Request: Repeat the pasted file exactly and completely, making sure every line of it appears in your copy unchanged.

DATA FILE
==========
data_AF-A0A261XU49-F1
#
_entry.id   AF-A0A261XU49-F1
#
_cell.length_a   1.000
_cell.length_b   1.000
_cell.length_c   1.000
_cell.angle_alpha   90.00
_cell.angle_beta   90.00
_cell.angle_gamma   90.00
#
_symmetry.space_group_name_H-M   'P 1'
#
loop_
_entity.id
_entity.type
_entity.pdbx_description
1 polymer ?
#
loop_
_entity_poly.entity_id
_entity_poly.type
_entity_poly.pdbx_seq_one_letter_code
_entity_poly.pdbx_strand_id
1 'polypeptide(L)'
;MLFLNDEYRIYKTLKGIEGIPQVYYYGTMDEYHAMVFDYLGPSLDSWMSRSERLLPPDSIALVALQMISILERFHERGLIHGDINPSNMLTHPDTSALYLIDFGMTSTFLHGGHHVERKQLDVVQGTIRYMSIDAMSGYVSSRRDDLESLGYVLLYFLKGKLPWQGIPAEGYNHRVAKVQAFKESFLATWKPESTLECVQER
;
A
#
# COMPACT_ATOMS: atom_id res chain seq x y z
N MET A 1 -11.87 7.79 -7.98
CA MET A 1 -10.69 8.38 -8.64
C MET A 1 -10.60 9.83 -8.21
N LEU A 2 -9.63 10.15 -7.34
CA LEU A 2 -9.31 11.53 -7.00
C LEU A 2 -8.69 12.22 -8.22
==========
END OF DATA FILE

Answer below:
data_AF-A0A261XU49-F1
#
_entry.id   AF-A0A261XU49-F1
#
_cell.length_a   1.000
_cell.length_b   1.000
_cell.length_c   1.000
_cell.angle_alpha   90.00
_cell.angle_beta   90.00
_cell.angle_gamma   90.00
#
_symmetry.space_group_name_H-M   'P 1'
#
loop_
_entity.id
_entity.type
_entity.pdbx_description
1 polymer ?
#
loop_
_entity_poly.entity_id
_entity_poly.type
_entity_poly.pdbx_seq_one_letter_code
_entity_poly.pdbx_strand_id
1 'polypeptide(L)'
;MLFLNDEYRIYKTLKGIEGIPQVYYYGTMDEYHAMVFDYLGPSLDSWMSRSERLLPPDSIALVALQMISILERFHERGLIHGDINPSNMLTHPDTSALYLIDFGMTSTFLHGGHHVERKQLDVVQGTIRYMSIDAMSGYVSSRRDDLESLGYVLLYFLKGKLPWQGIPAEGYNHRVAKVQAFKESFLATWKPESTLECVQER
;
A
#
# COMPACT_ATOMS: atom_id res chain seq x y z
N MET A 1 -11.87 7.79 -7.98
CA MET A 1 -10.69 8.38 -8.64
C MET A 1 -10.60 9.83 -8.21
N LEU A 2 -9.63 10.15 -7.34
CA LEU A 2 -9.31 11.53 -7.00
C LEU A 2 -8.69 12.22 -8.22